In the middle of the rEVolution, it’s easy to get caught up in the hype and focus on new exciting gadgets, losing sight of the bigger picture. And the bigger picture is the key to the success of this huge change in our mindset.

One of the most important things to recognise is that the role of the manufacturer of vehicles, especially in case of city transportation, is changing. You’re no longer selling a product, be it a bus, a train or a bike — you’re selling a whole system, complete with infrastructure, such as stops or charging and docking stations. Then, there are big challenges to tackle, such as global warming, congestion, traffic safety, energy scarcity or air quality. A united front of science, industry, governments, and society must be formed to overcome them.

Volvo is well-aware of that – they took a step back and had a good long look at the state of e-mobility and their role in this transition – helping cities with transportation issues. That allowed them to define their goals and objectives for the future. They have outlined three cornerstones on which their e-mobility strategy will be built: recognising that the future of transportation will be a mix of alternative fuel vehicles (hybrids, hybrid plug-ins, and electrics), providing a complete system for their functioning and building a common charging interface.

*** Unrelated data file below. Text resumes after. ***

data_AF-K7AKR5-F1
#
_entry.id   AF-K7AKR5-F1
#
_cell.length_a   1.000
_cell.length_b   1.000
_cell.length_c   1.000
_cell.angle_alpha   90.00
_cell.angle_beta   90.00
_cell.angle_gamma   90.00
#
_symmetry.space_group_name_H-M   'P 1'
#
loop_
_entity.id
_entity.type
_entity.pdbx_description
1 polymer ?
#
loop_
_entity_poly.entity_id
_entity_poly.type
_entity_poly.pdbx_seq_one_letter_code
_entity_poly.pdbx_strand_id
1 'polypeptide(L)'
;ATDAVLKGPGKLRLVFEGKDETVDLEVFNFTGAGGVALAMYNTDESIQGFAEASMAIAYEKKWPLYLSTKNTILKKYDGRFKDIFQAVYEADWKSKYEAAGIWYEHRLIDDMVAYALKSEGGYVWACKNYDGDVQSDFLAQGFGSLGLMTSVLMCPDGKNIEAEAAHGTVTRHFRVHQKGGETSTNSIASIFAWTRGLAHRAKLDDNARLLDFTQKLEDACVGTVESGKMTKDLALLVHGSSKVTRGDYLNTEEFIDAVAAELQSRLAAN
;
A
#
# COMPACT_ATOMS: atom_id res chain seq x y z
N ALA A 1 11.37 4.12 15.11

Their focus will now be on public transport. There’s an observable upwards trend in electric buses purchases, both in Poland and Europe. In 2023, it’s estimated that 50% of city buses in Europe will use electric energy. In 2030 it might be even 70%. According to the Polish Association of Automotive Industry, in 2016 there were only 17 hybrid and 6 electric buses registered in Poland; in 2017 it was already 85 hybrids and 63 electric buses! 2018 is shaping up to be even more impressive — so far there are 88 hybrid buses and 14 electric buses more running on Polish streets.

That’s why Volvo Buses, one of the world’s leading manufacturers of electrified buses, plans to build a fully connected, automated and electric public transport, based on vision systems and machine learning. They will start with developing systems for bus stop docking and depot driving and once that they are operational and fully implemented they’ll proceed to BRT.

Poland is the perfect place to start. We have been an intrinsic part of Volvo Buses for over 40 years. The company also works with Polish entrepreneurs and suppliers. So far, Volvo Buses have produced sold around 4000 hybrids, electric hybrids and all-electric buses worldwide, especially in the Scandinavian countries, the UK, Germany, and Spain. Volvo’s biggest bus plant in Europe, located in Wrocław and employing over 4k people, produced 1200 buses just in 2017.

Poland is also where the innovation happens, as Volvo R&D unit operates in Wrocław. Polish scientists and engineers are playing a major part in the development of innovative solutions. For example, they are conducting tests of autonomous electric buses in Singapore in cooperation with Nanyang Technological University.

More and more cities are looking for alternative-fuel transport, tailored to their individual needs. Volvo stepped up to the challenge and partnered up with NCBiR to design and supply new environmentally-friendly buses, also including hydrogen solutions. At the end of this year, the first electric hybrids and electric buses will be delivered to Inowroclaw. Next on the list are Jelenia Góra, Białystok, Krakow, Krosno and Grudziądz.

If you want to learn more, Volvo is the partner of Impact mobility rEVolution’18, which will take place in Katowice on September 12-13th. There’s no time to lose — register here!